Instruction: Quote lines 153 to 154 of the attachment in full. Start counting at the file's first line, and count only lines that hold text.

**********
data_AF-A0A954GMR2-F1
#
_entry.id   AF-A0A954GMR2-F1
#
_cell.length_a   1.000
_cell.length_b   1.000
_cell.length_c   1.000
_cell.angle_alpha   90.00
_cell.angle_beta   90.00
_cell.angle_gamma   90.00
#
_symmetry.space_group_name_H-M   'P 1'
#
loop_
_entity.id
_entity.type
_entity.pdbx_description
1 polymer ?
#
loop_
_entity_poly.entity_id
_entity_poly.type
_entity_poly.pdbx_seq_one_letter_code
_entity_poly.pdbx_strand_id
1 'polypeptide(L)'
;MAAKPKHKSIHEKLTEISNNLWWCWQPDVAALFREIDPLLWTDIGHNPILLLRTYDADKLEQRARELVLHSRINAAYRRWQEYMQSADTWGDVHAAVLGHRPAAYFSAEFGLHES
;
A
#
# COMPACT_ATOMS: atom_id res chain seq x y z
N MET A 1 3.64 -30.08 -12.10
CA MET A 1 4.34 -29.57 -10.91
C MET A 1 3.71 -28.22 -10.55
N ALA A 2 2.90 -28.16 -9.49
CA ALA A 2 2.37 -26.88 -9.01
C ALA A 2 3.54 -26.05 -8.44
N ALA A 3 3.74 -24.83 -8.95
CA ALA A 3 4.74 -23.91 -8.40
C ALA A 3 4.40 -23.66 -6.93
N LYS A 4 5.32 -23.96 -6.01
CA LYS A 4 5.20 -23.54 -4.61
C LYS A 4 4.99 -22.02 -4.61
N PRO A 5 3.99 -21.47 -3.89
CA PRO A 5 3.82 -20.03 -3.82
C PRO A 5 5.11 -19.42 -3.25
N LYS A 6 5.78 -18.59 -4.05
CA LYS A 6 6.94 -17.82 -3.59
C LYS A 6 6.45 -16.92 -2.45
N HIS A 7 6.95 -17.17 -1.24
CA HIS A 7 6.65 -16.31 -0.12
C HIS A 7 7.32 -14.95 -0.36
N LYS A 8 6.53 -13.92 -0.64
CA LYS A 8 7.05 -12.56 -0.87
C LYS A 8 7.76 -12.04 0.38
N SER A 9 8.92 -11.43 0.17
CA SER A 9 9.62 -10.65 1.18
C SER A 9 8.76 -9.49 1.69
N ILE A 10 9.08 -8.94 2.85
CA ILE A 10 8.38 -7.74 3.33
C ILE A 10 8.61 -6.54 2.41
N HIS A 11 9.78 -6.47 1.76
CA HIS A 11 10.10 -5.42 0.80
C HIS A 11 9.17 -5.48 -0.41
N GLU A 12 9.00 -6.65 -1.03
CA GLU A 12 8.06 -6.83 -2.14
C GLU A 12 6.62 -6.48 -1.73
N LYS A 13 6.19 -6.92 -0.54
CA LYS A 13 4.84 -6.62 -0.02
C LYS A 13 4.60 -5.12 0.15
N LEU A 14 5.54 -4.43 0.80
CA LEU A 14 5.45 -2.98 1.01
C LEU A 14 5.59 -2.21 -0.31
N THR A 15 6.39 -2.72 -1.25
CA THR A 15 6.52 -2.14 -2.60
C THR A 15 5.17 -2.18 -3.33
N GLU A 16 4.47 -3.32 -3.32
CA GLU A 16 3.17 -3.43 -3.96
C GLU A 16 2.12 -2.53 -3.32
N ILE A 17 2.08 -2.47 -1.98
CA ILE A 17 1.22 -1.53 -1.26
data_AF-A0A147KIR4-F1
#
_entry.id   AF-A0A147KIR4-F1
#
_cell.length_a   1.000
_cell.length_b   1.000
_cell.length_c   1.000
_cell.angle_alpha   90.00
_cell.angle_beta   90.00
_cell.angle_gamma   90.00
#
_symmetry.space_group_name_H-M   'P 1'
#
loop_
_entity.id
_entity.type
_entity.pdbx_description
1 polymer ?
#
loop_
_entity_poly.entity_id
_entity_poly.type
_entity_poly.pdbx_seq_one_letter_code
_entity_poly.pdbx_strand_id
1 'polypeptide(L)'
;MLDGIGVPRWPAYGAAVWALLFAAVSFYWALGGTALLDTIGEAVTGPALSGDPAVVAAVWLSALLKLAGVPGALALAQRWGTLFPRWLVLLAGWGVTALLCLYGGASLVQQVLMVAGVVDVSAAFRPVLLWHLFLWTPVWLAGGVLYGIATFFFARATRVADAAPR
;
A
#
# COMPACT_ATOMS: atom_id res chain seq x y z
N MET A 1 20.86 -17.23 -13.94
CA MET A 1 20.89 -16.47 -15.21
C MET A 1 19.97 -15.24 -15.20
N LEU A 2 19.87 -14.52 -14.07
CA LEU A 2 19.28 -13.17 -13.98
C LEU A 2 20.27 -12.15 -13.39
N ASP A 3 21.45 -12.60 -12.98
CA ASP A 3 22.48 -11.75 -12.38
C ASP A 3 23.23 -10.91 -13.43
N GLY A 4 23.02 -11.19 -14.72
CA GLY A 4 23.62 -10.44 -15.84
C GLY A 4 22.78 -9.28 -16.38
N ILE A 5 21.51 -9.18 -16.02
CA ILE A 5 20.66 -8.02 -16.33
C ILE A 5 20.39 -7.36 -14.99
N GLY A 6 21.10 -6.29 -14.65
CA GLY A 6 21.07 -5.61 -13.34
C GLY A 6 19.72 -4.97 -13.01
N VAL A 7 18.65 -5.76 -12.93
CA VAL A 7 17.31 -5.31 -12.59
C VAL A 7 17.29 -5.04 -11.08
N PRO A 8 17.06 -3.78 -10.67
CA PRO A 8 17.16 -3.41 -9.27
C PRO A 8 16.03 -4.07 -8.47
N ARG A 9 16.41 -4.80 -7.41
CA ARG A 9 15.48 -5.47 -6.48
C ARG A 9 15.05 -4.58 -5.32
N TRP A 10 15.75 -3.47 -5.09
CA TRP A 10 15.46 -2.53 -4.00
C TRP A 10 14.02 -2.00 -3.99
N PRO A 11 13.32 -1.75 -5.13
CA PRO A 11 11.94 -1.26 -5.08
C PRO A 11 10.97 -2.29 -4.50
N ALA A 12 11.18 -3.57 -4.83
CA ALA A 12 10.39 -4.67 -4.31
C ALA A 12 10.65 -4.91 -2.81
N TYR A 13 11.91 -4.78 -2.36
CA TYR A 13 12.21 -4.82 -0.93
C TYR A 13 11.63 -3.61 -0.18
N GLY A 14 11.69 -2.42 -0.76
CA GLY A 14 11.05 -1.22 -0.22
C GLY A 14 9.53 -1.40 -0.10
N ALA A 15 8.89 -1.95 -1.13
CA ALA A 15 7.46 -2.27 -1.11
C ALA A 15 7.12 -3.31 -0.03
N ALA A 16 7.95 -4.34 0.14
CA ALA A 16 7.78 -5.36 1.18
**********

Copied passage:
N ALA A 15 8.89 -1.95 -1.13
CA ALA A 15 7.46 -2.27 -1.11